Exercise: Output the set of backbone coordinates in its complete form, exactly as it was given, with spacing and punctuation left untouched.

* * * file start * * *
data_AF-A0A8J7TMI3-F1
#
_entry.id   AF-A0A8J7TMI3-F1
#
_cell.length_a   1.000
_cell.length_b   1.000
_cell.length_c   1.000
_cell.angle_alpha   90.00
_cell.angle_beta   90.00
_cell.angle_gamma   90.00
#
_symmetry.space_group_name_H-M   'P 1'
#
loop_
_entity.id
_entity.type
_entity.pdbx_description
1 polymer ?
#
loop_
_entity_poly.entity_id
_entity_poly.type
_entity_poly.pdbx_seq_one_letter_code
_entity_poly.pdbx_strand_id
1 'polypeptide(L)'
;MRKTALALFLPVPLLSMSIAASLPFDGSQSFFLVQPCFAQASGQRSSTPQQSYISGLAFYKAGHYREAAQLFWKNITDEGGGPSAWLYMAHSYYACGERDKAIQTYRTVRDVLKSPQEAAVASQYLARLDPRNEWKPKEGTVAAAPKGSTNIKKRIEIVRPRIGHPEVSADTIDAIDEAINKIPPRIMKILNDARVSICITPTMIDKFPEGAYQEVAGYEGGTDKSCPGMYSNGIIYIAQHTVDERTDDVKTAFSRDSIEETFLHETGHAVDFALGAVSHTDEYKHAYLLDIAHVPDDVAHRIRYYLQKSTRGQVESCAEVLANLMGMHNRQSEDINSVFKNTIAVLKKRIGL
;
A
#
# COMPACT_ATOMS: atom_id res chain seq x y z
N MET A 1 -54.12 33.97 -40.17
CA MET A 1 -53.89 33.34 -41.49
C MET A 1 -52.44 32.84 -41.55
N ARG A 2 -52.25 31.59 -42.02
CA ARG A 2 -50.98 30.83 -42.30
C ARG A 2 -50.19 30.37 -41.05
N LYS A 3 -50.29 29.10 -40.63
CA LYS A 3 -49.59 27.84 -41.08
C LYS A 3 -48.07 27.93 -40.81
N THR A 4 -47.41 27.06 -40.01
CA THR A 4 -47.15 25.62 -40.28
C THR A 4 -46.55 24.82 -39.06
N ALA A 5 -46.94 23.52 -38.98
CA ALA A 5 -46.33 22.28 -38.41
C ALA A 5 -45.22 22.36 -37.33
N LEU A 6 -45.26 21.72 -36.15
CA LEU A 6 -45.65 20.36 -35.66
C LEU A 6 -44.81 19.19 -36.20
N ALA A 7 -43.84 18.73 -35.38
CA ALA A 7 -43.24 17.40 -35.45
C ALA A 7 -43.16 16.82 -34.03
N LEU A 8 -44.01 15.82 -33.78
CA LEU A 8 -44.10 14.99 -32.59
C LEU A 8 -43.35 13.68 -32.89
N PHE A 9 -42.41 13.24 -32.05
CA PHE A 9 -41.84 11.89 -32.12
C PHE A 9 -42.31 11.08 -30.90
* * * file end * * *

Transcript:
data_AF-A0A8J7TMI3-F1
#
_entry.id   AF-A0A8J7TMI3-F1
#
_cell.length_a   1.000
_cell.length_b   1.000
_cell.length_c   1.000
_cell.angle_alpha   90.00
_cell.angle_beta   90.00
_cell.angle_gamma   90.00
#
_symmetry.space_group_name_H-M   'P 1'
#
loop_
_entity.id
_entity.type
_entity.pdbx_description
1 polymer ?
#
loop_
_entity_poly.entity_id
_entity_poly.type
_entity_poly.pdbx_seq_one_letter_code
_entity_poly.pdbx_strand_id
1 'polypeptide(L)'
;MRKTALALFLPVPLLSMSIAASLPFDGSQSFFLVQPCFAQASGQRSSTPQQSYISGLAFYKAGHYREAAQLFWKNITDEGGGPSAWLYMAHSYYACGERDKAIQTYRTVRDVLKSPQEAAVASQYLARLDPRNEWKPKEGTVAAAPKGSTNIKKRIEIVRPRIGHPEVSADTIDAIDEAINKIPPRIMKILNDARVSICITPTMIDKFPEGAYQEVAGYEGGTDKSCPGMYSNGIIYIAQHTVDERTDDVKTAFSRDSIEETFLHETGHAVDFALGAVSHTDEYKHAYLLDIAHVPDDVAHRIRYYLQKSTRGQVESCAEVLANLMGMHNRQSEDINSVFKNTIAVLKKRIGL
;
A
#
# COMPACT_ATOMS: atom_id res chain seq x y z
N MET A 1 -54.12 33.97 -40.17
CA MET A 1 -53.89 33.34 -41.49
C MET A 1 -52.44 32.84 -41.55
N ARG A 2 -52.25 31.59 -42.02
CA ARG A 2 -50.98 30.83 -42.30
C ARG A 2 -50.19 30.37 -41.05
N LYS A 3 -50.29 29.10 -40.63
CA LYS A 3 -49.59 27.84 -41.08
C LYS A 3 -48.07 27.93 -40.81
N THR A 4 -47.41 27.06 -40.01
CA THR A 4 -47.15 25.62 -40.28
C THR A 4 -46.55 24.82 -39.06
N ALA A 5 -46.94 23.52 -38.98
CA ALA A 5 -46.33 22.28 -38.41
C ALA A 5 -45.22 22.36 -37.33
N LEU A 6 -45.26 21.72 -36.15
CA LEU A 6 -45.65 20.36 -35.66
C LEU A 6 -44.81 19.19 -36.20
N ALA A 7 -43.84 18.73 -35.38
CA ALA A 7 -43.24 17.40 -35.45
C ALA A 7 -43.16 16.82 -34.03
N LEU A 8 -44.01 15.82 -33.78
CA LEU A 8 -44.10 14.99 -32.59
C LEU A 8 -43.35 13.68 -32.89
N PHE A 9 -42.41 13.24 -32.05
CA PHE A 9 -41.84 11.89 -32.12
C PHE A 9 -42.31 11.08 -30.90